In this year’s lectionary cycle (B), the gospel readings are from Mark. But on Christmas, if you want a story about Jesus’ birth, you will have to read about it in Matthew or Luke. Mark has no “infancy narrative.” For Mark, there was nothing extraordinary or interesting about Jesus until he became an adult and got busy teaching and healing in Galilee.
In the Postmodern Womanist  perspective, “salvation” is participation in a “transformative” community — one which is busy making a way out of no way. That community might be a church, but it might also be a Twelve Step group, a dancing circle, a homeless shelter or a helping non-profit agency. The community is transformative because it is teaching and healing, being guided by the wisdom of the past and consciously co-working with its higher power.
A savior is someone who, in his or her life needed to “make a way out of no way” and eventually found they could. They know transformation first hand, and are willing to share that experience in leading a transforming community.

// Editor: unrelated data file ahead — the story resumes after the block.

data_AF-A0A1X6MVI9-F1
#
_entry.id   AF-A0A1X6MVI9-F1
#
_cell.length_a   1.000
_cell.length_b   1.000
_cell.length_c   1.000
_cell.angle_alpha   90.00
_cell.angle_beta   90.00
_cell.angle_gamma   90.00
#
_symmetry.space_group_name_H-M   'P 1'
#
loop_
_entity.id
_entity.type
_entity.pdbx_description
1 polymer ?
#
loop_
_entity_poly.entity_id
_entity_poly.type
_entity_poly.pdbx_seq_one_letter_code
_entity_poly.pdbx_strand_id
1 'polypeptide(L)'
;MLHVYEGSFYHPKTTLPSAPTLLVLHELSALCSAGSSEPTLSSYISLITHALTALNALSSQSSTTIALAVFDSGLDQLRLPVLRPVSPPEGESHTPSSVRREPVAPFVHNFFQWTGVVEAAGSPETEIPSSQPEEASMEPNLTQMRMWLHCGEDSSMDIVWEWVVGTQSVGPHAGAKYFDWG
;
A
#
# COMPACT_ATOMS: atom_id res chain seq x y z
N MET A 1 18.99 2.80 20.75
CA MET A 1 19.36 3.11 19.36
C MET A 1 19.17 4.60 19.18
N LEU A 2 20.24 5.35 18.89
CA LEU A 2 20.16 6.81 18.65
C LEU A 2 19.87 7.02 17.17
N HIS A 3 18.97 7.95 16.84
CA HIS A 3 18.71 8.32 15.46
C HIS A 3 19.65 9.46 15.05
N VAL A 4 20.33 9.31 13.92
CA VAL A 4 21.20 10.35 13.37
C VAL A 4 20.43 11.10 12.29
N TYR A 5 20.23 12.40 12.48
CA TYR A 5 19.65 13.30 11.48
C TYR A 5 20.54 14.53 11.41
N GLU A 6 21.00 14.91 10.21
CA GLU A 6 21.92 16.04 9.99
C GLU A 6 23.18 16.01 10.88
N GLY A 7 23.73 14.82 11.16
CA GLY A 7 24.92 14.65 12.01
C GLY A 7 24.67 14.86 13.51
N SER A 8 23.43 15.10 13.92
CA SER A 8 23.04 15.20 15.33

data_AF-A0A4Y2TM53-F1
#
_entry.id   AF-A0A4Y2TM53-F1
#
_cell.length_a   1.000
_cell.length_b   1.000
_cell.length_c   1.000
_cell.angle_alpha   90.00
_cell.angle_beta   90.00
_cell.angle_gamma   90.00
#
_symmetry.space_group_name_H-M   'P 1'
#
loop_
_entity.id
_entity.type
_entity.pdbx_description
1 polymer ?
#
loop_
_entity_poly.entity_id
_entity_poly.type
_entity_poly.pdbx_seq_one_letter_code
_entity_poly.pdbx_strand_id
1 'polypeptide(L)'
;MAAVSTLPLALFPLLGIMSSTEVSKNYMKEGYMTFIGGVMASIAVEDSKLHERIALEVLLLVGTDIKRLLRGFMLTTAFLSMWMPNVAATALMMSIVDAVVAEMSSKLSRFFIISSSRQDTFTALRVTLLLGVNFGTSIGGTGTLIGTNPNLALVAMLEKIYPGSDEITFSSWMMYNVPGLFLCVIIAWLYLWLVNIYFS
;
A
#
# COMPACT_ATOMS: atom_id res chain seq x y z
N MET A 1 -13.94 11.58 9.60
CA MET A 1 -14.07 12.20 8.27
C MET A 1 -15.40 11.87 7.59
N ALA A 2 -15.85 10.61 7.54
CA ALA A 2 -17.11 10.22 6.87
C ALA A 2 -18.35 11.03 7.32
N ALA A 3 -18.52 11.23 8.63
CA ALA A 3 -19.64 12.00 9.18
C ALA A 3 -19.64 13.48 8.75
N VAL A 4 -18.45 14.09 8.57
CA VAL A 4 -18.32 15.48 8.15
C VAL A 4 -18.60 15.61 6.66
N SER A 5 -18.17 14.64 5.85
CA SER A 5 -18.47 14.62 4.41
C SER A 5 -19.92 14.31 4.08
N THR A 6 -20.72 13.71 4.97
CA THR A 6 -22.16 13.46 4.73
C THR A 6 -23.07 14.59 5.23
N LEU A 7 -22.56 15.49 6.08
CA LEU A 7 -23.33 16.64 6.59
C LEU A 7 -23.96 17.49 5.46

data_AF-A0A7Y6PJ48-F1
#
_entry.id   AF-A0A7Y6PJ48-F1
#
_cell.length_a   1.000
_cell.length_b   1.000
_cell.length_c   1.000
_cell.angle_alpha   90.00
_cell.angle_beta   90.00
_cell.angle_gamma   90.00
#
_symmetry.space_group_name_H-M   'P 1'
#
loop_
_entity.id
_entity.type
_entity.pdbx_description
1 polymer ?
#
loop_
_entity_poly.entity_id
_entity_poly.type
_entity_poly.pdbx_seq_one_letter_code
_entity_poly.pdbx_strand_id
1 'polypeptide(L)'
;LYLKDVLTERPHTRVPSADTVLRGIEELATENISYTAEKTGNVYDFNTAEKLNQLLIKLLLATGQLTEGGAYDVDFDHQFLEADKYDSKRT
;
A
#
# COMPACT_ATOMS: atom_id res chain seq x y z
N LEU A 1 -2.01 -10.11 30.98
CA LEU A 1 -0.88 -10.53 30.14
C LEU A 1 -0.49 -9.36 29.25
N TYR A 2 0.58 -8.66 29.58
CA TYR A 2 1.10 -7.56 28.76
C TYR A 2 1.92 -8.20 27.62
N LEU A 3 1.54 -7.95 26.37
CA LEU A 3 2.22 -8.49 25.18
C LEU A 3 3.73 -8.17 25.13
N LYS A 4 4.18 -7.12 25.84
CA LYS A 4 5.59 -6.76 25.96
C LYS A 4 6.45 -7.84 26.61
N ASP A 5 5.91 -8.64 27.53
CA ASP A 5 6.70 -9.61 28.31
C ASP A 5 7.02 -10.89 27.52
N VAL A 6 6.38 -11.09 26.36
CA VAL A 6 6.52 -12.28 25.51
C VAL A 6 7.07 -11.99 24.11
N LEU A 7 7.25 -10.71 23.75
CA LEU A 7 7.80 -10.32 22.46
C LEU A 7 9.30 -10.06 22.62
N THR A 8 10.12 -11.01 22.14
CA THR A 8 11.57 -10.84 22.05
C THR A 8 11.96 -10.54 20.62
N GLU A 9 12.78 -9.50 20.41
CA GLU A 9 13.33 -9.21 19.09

There isn’t only one savior. And they are not ontologically different from you or me. They don’t look special or interesting at the beginning. There are no Annunciations preceding their births, no angel choirs in the heavens and no kings bringing gifts afterwards.
Saviors are saviors not because of what they are, but because of what they do. They get busy. They teach. They heal. They challenge and encourage. And they lead the transforming communities which are busy making a way out of no way.
 Monica A. Coleman, “Making a Way Out of No Way: A Womanist Theology.” (Fortress Press, Minneapolis, MN. 208) at 169-170.
Sermon Starts is taking a “gotta-a-new-book” break and will be back on January 6 for Epiphany 1B. Thanks for reading, please stay safe and “Merry Christmas!”